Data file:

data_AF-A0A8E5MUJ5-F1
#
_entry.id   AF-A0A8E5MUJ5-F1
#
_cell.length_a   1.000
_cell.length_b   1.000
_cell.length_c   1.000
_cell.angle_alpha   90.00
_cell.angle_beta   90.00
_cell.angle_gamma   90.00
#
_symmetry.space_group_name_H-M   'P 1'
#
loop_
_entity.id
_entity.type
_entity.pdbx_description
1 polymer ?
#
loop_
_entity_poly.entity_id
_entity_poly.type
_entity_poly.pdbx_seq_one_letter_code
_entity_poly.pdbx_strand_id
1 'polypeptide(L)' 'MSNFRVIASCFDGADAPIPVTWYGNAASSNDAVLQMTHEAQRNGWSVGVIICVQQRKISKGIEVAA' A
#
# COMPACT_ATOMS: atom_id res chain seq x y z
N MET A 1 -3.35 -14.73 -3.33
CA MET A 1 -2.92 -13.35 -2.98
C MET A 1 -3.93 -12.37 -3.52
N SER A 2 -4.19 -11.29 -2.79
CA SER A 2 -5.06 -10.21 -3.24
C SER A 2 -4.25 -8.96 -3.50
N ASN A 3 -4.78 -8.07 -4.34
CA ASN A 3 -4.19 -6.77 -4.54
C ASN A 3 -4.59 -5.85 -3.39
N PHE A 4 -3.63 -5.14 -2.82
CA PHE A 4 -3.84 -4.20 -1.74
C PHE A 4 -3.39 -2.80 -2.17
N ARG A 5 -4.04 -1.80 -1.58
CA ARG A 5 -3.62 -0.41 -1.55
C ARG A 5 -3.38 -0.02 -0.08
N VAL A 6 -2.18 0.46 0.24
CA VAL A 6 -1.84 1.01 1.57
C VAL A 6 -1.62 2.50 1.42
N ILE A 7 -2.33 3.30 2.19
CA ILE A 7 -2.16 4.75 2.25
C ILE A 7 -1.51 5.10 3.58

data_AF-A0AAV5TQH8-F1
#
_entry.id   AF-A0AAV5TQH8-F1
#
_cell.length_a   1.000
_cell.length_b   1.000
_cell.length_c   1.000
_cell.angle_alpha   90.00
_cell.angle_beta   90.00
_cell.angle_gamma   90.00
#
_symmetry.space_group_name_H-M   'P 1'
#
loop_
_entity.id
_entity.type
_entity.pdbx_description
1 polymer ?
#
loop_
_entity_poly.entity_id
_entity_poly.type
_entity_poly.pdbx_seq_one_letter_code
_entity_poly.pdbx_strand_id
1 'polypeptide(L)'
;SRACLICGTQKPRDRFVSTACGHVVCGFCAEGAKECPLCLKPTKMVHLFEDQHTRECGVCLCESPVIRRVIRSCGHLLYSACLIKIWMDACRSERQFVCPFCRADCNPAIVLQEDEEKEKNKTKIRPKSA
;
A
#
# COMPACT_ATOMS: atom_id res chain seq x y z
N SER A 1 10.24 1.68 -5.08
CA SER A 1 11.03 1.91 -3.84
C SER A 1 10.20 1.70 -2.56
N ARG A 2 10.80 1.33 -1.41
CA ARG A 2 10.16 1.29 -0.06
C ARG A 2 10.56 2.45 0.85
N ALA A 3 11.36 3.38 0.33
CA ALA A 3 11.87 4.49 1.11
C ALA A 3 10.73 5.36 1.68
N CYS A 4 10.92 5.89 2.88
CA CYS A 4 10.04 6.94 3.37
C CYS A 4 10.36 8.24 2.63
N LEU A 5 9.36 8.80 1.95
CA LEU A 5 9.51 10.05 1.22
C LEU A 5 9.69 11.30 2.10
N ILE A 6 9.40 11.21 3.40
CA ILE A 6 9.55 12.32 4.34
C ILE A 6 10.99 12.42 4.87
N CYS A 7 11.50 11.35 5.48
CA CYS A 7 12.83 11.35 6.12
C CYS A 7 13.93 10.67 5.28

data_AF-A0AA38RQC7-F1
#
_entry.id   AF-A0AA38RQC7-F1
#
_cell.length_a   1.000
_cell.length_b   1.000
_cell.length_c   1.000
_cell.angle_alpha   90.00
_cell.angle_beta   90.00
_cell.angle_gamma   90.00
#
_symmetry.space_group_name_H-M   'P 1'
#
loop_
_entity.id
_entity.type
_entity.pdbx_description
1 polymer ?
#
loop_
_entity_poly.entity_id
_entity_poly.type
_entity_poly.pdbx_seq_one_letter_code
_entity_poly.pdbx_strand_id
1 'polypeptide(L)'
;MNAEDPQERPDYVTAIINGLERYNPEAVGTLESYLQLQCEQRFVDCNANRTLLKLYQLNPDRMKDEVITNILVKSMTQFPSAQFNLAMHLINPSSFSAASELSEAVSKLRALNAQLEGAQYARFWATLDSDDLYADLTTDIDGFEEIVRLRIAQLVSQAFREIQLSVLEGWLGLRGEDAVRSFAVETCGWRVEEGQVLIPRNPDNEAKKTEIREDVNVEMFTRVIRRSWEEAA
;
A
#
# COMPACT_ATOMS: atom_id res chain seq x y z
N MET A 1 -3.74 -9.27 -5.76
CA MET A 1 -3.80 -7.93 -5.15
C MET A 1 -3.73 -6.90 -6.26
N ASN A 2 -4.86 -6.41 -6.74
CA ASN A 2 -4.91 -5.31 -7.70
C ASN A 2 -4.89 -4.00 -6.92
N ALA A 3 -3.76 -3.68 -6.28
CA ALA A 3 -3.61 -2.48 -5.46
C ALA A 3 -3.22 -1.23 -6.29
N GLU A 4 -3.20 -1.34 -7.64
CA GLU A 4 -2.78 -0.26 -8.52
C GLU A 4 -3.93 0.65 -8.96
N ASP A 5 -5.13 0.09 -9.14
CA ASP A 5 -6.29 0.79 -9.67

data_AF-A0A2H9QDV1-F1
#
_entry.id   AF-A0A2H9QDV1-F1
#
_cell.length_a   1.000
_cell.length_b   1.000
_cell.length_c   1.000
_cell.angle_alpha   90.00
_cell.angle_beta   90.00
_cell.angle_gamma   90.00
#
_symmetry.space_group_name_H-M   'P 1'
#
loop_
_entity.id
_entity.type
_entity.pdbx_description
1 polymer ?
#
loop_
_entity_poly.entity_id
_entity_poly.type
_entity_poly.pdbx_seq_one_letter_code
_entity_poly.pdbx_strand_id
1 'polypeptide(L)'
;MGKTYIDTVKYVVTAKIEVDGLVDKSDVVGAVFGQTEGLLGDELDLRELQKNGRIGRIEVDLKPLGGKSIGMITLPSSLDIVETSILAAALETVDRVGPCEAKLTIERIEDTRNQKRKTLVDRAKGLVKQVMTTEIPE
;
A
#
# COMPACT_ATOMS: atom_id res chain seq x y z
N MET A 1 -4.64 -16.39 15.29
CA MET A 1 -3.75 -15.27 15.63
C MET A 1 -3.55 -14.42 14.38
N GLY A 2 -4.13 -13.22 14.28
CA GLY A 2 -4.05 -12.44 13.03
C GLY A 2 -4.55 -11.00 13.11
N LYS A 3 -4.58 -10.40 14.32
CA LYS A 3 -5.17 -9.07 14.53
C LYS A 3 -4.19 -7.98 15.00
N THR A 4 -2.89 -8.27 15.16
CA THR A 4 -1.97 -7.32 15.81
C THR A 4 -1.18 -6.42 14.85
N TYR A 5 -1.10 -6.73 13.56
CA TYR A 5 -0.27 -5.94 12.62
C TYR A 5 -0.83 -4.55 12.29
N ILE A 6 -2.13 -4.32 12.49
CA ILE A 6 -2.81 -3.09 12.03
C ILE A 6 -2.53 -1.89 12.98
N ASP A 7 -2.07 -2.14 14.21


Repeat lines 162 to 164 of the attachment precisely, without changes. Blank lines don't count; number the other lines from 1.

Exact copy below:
#
loop_
_entity_poly.entity_id